No tenderness for her was at the bottom of this; but he had a misgiving that she might have been waylaid, and tempted into saying something that would criminate him when the news came. For anything he knew, she might have knocked at the door of his room, while he was away, and discovered his plot. Confound her, it was like her pale face to be wandering up and down the house! Where was she now?
'She went to her good friend, Mrs Todgers,' said the old man, when he asked the question with an angry oath.
Aye! To be sure! Always stealing away into the company of that woman. She was no friend of his. Who could tell what devil's mischief they might hatch together! Let her be fetched home directly.
The old man, muttering some words softly, rose as if he would have gone himself, but Jonas thrust him back into his chair with an impatient imprecation, and sent a servant-girl to fetch her. When he had charged her with her errand he walked to and fro again, and never stopped till she came back, which she did pretty soon; the way being short, and the woman having made good haste.
Well! Where was she? Had she come?
No. She had left there, full three hours.
'Left there! Alone?'
The messenger had not asked; taking that for granted.
'Curse you for a fool. Bring candles!'
She had scarcely left the room when the old clerk, who had been unusually observant of him ever since he had asked about his wife, came suddenly upon him.
'Give her up!' cried the old man. 'Come! Give her up to me! Tell me what you have done with her. Quick! I have made no promises on that score. Tell me what you have done with her.'
He laid his hands upon his collar as he spoke, and grasped it; tightly too.
'You shall not leave me!' cried the old man. 'I am strong enough to cry out to the neighbours, and I will, unless you give her up. Give her up to me!'
Jonas was so dismayed and conscience-stricken, that he had not even hardihood enough to unclench the old man's hands with his own; but stood looking at him as well as he could in the darkness, without moving a finger. It was as much as he could do to ask him what he meant.
'I will know what you have done with her!' retorted Chuffey. 'If you hurt a hair of her head, you shall answer it. Poor thing! Poor thing! Where is she?'
'Why, you old madman!' said Jonas, in a low voice, and with trembling lips. 'What Bedlam fit has come upon you now?'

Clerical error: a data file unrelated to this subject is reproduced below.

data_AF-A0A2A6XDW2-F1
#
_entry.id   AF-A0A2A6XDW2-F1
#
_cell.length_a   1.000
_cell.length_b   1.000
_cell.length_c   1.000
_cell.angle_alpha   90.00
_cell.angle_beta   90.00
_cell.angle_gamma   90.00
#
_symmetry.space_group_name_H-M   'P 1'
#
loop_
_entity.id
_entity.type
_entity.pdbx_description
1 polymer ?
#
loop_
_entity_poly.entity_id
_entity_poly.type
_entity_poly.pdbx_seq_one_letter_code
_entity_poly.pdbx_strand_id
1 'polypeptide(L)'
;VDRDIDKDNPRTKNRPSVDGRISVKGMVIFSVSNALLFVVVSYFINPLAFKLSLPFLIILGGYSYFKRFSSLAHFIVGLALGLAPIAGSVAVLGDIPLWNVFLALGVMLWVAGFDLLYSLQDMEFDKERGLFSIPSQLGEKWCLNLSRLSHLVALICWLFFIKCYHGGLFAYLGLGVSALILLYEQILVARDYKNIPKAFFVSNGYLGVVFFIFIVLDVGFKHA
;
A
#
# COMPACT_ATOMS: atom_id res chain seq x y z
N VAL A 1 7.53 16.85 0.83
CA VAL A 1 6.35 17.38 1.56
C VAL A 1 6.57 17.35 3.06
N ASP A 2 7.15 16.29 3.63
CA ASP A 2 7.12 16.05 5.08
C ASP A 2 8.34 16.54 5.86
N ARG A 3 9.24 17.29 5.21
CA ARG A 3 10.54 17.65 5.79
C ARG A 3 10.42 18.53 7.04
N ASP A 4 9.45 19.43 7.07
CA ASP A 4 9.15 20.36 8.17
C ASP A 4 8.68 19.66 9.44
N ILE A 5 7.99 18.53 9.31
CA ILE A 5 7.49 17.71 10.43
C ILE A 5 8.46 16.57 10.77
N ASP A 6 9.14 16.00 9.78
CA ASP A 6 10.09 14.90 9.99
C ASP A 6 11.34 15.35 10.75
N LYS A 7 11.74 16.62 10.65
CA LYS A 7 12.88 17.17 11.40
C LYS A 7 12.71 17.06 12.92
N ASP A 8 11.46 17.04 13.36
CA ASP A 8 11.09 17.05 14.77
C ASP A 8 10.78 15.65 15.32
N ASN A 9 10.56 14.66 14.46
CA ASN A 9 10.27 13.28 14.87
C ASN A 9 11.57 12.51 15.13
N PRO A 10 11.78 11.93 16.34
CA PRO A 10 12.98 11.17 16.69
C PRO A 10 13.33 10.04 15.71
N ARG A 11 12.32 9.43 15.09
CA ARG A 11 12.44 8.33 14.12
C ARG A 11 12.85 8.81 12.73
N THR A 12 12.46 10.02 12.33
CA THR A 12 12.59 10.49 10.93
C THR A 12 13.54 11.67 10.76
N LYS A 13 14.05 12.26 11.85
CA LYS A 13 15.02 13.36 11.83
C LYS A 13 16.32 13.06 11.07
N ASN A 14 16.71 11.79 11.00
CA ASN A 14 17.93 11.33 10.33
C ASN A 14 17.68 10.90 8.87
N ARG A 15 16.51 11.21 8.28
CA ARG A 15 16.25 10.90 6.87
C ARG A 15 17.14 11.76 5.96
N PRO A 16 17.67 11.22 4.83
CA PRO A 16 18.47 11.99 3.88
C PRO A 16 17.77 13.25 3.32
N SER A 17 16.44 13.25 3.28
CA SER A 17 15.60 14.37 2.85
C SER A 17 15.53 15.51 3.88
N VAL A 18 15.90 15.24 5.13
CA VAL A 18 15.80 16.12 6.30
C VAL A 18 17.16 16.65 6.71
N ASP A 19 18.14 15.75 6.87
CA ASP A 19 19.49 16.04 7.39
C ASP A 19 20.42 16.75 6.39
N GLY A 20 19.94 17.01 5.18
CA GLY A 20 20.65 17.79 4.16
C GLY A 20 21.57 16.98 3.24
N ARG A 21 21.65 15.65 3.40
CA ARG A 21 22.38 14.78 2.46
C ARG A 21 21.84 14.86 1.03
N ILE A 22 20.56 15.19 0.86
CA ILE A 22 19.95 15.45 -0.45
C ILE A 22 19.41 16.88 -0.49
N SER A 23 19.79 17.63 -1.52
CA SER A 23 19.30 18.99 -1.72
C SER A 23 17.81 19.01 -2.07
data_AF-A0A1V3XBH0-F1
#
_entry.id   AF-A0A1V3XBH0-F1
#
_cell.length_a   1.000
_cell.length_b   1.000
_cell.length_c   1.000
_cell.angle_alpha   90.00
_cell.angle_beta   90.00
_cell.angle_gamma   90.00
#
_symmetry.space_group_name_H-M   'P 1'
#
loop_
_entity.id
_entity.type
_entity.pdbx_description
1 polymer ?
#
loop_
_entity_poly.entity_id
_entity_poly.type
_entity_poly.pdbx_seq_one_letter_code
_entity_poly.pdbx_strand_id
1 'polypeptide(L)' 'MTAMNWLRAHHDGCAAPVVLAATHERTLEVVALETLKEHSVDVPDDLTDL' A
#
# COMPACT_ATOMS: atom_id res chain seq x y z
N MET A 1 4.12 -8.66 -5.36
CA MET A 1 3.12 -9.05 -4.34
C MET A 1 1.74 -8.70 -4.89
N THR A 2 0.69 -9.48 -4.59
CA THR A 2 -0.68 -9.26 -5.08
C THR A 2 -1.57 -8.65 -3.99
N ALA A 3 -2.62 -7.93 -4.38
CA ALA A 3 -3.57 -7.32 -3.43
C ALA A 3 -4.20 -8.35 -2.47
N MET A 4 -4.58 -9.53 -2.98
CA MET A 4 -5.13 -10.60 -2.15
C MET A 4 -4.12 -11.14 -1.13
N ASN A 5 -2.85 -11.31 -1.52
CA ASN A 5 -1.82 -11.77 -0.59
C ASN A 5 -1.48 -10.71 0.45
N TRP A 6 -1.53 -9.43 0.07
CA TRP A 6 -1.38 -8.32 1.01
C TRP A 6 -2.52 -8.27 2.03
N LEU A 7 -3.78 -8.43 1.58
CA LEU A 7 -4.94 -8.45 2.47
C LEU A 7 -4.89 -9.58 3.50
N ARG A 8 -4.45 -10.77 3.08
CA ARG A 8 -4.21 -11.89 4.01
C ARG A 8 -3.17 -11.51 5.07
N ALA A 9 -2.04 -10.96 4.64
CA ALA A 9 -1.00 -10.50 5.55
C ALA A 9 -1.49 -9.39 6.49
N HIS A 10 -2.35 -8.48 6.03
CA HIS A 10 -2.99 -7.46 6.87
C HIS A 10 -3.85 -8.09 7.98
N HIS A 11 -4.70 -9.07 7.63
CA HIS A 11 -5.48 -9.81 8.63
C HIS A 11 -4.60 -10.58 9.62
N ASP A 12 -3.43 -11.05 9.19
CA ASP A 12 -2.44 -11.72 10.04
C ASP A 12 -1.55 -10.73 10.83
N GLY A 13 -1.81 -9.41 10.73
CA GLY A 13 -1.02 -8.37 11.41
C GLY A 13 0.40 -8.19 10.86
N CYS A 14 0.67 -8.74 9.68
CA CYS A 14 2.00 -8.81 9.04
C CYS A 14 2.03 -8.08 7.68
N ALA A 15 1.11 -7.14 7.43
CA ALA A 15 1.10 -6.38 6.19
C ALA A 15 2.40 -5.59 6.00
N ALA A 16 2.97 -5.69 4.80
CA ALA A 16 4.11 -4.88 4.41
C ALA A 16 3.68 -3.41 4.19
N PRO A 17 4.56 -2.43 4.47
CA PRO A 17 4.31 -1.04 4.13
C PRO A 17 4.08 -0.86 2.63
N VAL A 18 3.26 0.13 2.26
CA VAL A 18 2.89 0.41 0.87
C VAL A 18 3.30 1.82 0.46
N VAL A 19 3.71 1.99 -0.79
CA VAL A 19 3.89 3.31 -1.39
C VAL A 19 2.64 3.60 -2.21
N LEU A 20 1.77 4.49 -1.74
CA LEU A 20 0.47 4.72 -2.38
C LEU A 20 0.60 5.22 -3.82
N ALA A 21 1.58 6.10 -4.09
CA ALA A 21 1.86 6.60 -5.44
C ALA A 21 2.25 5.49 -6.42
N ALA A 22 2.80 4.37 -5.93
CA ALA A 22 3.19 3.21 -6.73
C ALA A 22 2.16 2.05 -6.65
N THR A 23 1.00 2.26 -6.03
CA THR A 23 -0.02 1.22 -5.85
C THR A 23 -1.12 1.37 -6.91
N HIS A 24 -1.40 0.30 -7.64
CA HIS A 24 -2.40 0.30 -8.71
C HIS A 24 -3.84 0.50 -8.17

'It is enough to make me mad, seeing what I have seen in this house!' cried Chuffey. 'Where is my dear old master! Where is his only son that I have nursed upon my knee, a child! Where is she, she who was the last; she that I've seen pining day by day, and heard weeping in the dead of night! She was the last, the last of all my friends! Heaven help me, she was the very last!'
Seeing that the tears were stealing down his face, Jonas mustered courage to unclench his hands, and push him off before he answered:
'Did you hear me ask for her? Did you hear me send for her? How can I give you up what I haven't got, idiot! Ecod, I'd give her up to you and welcome, if I could; and a precious pair you'd be!'
'If she has come to any harm,' cried Chuffey, 'mind! I'm old and silly; but I have my memory sometimes; and if she has come to any harm--'
'Devil take you,' interrupted Jonas, but in a suppressed voice still; 'what harm do you suppose she has come to? I know no more where she is than you do; I wish I did. Wait till she comes home, and see; she can't be long. Will that content you?'
'Mind!' exclaimed the old man. 'Not a hair of her head! not a hair of her head ill-used! I won't bear it. I--I--have borne it too long Jonas. I am silent, but I--I--I can speak. I--I--I can speak--' he stammered, as he crept back to his chair, and turned a threatening, though a feeble, look upon him.
'You can speak, can you!' thought Jonas. 'So, so, we'll stop your speaking. It's well I knew of this in good time. Prevention is better than cure.'
He had made a poor show of playing the bully and evincing a desire to conciliate at the same time, but was so afraid of the old man that great drops had started out upon his brow; and they stood there yet.